Park One Zone (INBP1) and the Industrial General Zone

(ING) to the Comprehensive Development 34 Zone



This property zoning did pass last night (located below the Walmart in Mission on the bank of the Fraser). It is already set up for Coal and Gravel loading and there is a separate application in to the province for contaminated soil reclamation on the same property.


I have had communications back and forth with the industry consultant on the contaminated soil application and have asked that information be made public in the interest of being able to make informed timely statements or to ask questions before the provincial process is over. The province told me that it could take 6 months to a year to process this application and that the proponents are required to consult with the public.  Wouldn’t it have been good to have had this info disclosed at the time of the public meeting on the zoning for open discussion? It makes me wonder what else may be in process with all the other properties. Shouldn’t there be public meetings on the provincial applications.


While I agree that there needs to be recycling of contaminated soil I just question the logic of locating up to 60,000 tons of it on the banks of the Fraser in a location that I was told has had flooding in the past or that could be subjected to an unplanned earthquake. Contrary to what I was told by Mission council about wanting to get more trucks off the road, I was told that the soil would be trucked in for this application. So why would it need to be in a location on the bank of the Fraser that was previously known and mapped as Environmentally Sensitive Area # 18?


One thing that  the consultant Keystone continues to note is that the contaminated soil is not hazardous (as per provincial terms for standards). After reading about the ingredients listed in the applicants ad (some of which are government sources) along with the Webster’s dictionary definition of hazardous I would personally disagree. Some of the same ingredients are listed in these below links and stories about a case that went to trial in the USA.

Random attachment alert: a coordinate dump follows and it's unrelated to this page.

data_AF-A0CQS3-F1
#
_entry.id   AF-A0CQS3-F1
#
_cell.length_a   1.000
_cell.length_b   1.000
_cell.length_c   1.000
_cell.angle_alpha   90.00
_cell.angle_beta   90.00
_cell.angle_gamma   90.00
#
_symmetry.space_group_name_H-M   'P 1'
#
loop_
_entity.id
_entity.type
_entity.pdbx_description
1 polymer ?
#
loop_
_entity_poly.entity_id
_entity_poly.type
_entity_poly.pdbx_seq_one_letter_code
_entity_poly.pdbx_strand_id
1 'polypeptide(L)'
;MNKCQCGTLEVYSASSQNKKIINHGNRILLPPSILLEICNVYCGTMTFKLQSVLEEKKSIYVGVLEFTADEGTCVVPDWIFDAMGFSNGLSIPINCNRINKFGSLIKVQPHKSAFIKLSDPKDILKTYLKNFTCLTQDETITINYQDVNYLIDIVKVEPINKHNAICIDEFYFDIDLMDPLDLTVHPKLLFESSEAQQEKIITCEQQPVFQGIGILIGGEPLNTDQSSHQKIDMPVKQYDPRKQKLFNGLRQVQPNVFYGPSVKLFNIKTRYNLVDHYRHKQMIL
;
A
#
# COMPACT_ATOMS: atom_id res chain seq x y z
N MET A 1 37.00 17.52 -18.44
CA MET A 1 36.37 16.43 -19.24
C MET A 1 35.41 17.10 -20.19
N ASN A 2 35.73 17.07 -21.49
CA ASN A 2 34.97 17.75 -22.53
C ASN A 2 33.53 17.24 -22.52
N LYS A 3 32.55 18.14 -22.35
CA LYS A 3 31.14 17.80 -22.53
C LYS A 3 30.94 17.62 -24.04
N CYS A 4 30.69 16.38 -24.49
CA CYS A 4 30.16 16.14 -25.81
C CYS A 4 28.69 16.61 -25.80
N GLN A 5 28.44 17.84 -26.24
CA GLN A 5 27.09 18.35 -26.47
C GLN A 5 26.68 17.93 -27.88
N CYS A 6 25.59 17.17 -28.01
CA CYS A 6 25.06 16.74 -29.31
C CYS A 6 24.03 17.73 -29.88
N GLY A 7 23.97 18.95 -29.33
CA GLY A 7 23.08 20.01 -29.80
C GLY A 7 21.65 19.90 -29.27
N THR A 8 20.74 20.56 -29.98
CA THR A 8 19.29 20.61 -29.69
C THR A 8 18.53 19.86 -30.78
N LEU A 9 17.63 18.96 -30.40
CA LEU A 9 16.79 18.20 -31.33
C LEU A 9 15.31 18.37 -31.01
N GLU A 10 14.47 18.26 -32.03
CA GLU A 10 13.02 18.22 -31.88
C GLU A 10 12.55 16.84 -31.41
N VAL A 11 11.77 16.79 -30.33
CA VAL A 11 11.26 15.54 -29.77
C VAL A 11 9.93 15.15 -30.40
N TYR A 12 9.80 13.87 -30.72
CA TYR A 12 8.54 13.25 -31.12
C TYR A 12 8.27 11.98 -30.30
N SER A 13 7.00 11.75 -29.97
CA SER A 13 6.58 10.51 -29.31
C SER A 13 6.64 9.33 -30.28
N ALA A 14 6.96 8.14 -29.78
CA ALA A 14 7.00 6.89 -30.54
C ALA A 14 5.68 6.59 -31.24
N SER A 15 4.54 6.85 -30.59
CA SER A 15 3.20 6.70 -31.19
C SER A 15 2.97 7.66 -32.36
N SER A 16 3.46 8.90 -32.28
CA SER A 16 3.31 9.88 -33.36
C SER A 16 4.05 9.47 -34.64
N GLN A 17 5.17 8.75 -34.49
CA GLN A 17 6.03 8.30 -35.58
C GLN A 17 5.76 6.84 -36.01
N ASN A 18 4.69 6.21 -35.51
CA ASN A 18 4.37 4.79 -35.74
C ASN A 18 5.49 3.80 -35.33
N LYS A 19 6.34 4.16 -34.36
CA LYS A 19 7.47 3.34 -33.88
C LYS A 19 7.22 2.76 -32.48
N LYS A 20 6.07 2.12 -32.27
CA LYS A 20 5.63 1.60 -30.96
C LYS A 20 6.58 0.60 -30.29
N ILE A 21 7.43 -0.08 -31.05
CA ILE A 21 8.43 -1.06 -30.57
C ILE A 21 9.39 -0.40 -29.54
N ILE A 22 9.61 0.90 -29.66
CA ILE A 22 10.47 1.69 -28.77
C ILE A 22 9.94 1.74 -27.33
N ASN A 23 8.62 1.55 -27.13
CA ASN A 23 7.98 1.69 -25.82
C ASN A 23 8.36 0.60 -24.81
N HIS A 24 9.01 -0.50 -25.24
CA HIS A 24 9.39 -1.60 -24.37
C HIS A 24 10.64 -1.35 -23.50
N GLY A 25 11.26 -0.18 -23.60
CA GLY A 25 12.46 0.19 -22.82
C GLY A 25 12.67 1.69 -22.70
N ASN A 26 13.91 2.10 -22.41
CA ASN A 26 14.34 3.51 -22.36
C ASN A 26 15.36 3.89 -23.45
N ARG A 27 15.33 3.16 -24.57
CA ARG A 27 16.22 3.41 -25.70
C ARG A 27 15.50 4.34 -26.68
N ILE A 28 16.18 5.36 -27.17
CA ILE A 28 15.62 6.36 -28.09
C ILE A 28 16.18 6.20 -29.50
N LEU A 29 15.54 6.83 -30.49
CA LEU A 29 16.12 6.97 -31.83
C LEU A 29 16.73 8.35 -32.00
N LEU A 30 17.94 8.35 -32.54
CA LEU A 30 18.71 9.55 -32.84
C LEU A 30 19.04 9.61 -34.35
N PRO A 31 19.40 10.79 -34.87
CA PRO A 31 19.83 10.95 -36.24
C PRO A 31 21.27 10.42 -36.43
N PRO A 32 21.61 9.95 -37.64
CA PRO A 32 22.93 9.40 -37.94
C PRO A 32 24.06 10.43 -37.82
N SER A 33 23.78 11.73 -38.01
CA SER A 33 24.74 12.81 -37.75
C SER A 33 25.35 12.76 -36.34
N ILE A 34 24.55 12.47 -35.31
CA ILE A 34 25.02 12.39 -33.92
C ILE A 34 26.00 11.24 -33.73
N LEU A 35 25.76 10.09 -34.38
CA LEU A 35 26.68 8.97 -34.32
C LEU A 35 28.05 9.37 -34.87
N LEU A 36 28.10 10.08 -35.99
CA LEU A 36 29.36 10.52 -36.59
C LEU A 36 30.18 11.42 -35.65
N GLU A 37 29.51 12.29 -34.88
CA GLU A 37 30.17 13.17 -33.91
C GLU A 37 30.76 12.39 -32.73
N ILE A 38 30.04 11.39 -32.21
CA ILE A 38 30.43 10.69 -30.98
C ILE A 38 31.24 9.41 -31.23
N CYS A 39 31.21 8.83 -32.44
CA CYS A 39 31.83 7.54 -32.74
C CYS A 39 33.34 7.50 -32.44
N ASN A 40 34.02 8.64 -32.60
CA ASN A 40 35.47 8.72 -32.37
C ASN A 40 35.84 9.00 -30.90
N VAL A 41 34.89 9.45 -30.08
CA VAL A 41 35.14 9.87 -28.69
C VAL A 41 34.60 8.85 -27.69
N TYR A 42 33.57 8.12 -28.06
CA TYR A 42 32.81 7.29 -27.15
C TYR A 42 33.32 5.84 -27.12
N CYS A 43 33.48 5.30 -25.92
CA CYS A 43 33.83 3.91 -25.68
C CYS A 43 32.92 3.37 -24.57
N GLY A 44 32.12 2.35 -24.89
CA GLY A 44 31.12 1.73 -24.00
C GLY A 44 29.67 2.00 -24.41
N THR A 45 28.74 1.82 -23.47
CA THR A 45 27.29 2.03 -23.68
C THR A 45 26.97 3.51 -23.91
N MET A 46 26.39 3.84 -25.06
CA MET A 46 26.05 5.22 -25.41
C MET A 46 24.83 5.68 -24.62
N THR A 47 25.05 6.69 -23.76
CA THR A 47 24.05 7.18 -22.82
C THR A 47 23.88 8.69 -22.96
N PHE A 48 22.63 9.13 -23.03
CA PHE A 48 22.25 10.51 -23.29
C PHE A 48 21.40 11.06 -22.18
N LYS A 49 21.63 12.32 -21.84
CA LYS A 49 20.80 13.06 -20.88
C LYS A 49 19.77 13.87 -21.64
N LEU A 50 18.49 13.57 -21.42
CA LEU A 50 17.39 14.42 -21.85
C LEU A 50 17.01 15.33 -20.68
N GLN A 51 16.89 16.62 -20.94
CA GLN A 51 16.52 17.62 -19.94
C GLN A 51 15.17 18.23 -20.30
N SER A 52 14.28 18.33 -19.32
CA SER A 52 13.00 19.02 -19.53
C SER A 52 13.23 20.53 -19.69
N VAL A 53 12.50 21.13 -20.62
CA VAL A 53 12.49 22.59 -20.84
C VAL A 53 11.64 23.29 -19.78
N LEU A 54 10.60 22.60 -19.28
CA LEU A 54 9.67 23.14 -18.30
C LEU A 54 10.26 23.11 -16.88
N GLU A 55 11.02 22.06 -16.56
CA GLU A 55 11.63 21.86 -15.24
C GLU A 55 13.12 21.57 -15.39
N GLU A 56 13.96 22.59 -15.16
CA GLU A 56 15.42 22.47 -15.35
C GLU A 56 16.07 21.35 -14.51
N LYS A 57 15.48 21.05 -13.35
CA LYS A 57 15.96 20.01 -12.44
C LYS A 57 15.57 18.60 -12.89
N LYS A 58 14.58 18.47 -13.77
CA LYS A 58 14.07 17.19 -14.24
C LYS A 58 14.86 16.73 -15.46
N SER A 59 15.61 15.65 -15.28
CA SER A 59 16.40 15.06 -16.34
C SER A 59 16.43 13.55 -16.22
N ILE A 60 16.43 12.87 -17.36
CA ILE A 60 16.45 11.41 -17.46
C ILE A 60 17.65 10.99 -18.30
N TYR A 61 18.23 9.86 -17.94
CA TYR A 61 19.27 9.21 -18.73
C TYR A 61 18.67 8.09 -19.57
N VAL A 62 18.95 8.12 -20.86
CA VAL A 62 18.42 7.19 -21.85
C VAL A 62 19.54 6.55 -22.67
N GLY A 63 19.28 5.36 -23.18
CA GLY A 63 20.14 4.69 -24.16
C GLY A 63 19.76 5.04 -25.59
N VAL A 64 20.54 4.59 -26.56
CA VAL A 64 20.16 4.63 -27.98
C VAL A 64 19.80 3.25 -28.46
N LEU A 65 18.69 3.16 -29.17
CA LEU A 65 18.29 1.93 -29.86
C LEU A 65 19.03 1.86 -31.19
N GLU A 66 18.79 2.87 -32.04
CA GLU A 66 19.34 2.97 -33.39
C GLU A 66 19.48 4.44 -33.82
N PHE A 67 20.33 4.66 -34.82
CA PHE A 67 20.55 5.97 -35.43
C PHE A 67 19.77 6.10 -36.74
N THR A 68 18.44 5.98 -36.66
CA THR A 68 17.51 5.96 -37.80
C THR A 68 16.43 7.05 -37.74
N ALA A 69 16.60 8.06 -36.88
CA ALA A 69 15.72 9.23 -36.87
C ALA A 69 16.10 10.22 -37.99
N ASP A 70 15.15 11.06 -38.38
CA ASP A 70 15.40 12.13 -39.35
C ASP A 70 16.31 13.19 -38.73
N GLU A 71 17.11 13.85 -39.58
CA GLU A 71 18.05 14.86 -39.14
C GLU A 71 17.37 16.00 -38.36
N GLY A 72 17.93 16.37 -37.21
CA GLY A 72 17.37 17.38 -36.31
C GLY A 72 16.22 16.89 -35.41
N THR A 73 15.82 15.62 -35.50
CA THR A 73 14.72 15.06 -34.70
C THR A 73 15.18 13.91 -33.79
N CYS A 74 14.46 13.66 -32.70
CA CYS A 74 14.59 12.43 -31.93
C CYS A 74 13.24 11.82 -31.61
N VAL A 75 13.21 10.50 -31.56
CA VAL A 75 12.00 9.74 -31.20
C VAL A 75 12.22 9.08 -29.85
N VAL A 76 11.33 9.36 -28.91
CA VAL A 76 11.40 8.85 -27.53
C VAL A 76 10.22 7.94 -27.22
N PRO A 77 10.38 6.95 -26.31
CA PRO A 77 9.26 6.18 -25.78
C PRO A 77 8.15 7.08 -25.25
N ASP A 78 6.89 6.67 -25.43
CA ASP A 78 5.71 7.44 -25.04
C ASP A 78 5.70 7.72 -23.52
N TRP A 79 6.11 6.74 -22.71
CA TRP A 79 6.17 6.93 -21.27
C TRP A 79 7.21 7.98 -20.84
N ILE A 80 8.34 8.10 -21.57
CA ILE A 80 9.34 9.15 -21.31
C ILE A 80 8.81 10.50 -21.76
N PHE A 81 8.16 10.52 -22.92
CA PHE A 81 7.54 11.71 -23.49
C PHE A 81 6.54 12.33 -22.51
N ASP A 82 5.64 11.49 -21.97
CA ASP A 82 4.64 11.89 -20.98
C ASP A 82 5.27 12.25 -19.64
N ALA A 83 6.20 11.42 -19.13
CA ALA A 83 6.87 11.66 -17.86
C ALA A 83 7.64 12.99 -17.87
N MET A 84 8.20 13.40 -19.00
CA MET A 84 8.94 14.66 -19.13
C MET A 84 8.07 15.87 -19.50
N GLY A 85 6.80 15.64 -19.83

Other sources on water and regulating:


Cool glacier water and the river temperature is an integral part of sustainable salmon spawning survival.

Question: how much will governments be able to independently monitor individual water supplies and sources with depleted manpower? Is it realistic to think that it will be any better with the new barge zoning on the Fraser?


In the not too distant Langley Township:

This large aquifer is the sole supplier of fresh water for about 25 per cent of Langley Township’s population, and it’s also a critical resource for local agriculture.

But the Hopington water table has been declining by as much as 30 centimetres per year since the 1970s — and it’s now fallen by just over nine metres.

Cowichan River drought concerns, is at an all-time low.

Becoming a trend?


Regulating systems ineffective for safety.



This report is a worth a read for all that have RAR issues:

A quote from the Ombudsman report on page 15: “The ministry does not currently have a process in place for monitoring the effectiveness of the RAR in protecting riparian areas.”

“Who would buy an expensive car, and then never the check the oil or the brakes?”


Also a good reference for info on our high vulnerability aquifer is this link with a map on page 25 the Auditor Generals website;


The Feds lack water data – report


Reports: World Faces ‘Insurmountable’ Water Shortage




Wendy Bales